Glass maker Corning will play a key role in the manufacturing of the photometer, a device that measures the brightness of light, for NASA's Kepler Mission to detect Earth-like planets orbiting stars beyond our solar system. Corning will manufacture a 1.4-meter diameter lightweight primary mirror blank from its ULE zero expansion glass material that will be used in the fabrication of the photometer instrument.
"We've drawn upon our glass technology and manufacturing expertise to produce materials with unprecedented precision, homogeneity, and the ability to withstand the extreme thermal fluctuations experienced in a space environment," said Jim Steiner, senior vice president and general manager of Corning's Specialty Materials division.
"Corning has a long history of building lightweight mirrors for use in space applications, and our contribution to the Kepler Mission is yet another honor for us."
Using the photometer instrument, Kepler will continuously measure the brightness of 100,000 stars similar to our sun for four years. The goal of the mission is to explore the structure and diversity of planetary systems, with a special emphasis on searching for Earth-size planets. If Kepler detects many habitable, Earth-size planets, it may mean the universe is full of life.
Space-based mirror applications require materials that can perform to the demanding standards of space research and the extreme environmental conditions of space. Therefore, the primary mirrors in applications like the Kepler Photometer must be extremely lightweight, precise, and stable in order to perform successfully in orbit.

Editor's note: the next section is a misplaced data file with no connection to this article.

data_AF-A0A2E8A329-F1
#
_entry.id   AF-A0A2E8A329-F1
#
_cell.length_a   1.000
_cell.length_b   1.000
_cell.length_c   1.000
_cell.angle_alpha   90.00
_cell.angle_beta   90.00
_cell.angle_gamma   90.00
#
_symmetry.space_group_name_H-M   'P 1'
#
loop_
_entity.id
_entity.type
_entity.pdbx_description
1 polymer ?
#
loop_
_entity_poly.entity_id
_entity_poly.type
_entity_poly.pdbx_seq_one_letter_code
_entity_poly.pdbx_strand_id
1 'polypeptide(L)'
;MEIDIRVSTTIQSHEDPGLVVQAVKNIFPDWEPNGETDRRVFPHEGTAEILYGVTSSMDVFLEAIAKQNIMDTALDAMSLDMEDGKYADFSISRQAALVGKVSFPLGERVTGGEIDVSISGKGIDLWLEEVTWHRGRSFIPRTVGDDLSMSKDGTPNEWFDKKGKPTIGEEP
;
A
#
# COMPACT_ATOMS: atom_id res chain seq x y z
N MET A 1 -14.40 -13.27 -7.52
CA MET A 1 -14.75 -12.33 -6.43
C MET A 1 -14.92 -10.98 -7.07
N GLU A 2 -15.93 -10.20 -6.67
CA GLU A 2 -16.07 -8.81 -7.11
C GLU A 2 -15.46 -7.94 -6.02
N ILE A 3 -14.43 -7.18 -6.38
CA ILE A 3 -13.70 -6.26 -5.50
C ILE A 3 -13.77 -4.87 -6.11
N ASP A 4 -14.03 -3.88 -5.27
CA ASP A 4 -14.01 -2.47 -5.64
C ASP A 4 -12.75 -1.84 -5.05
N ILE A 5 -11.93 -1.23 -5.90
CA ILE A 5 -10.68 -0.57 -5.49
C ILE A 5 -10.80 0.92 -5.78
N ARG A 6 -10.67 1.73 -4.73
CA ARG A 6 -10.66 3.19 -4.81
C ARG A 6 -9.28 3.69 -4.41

Corning has manufactured materials for many of the world's most powerful telescopes including the mirror for the Hubble space telescope, as well as the windows for every manned U.S. space flight and the International Space Station.
The Kepler Mission is planned to launch in the fall of 2007 as part of the NASA Discovery program. Discovery is an ongoing program with the goal of enhancing scientific understanding of the solar system by exploring the planets, their moons, and small bodies such as comets and asteroids. The Kepler Mission is based at Ames Research Center in Moffett Field, Calif., and is managed by NASA's Jet Propulsion Laboratory.
The Kepler Mission
Corning Semiconductor Optics
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The Missing Link In Planet Formation
Pasadena - Oct 21, 2003
Just as anthropologists sought "the missing link" between apes and humans, astronomers are embarking on a quest for a missing link in planetary evolution. Only instead of dusty fields and worn shovels, their laboratory is the universe, and their tool of choice is NASA's new Space Infrared Telescope Facility.
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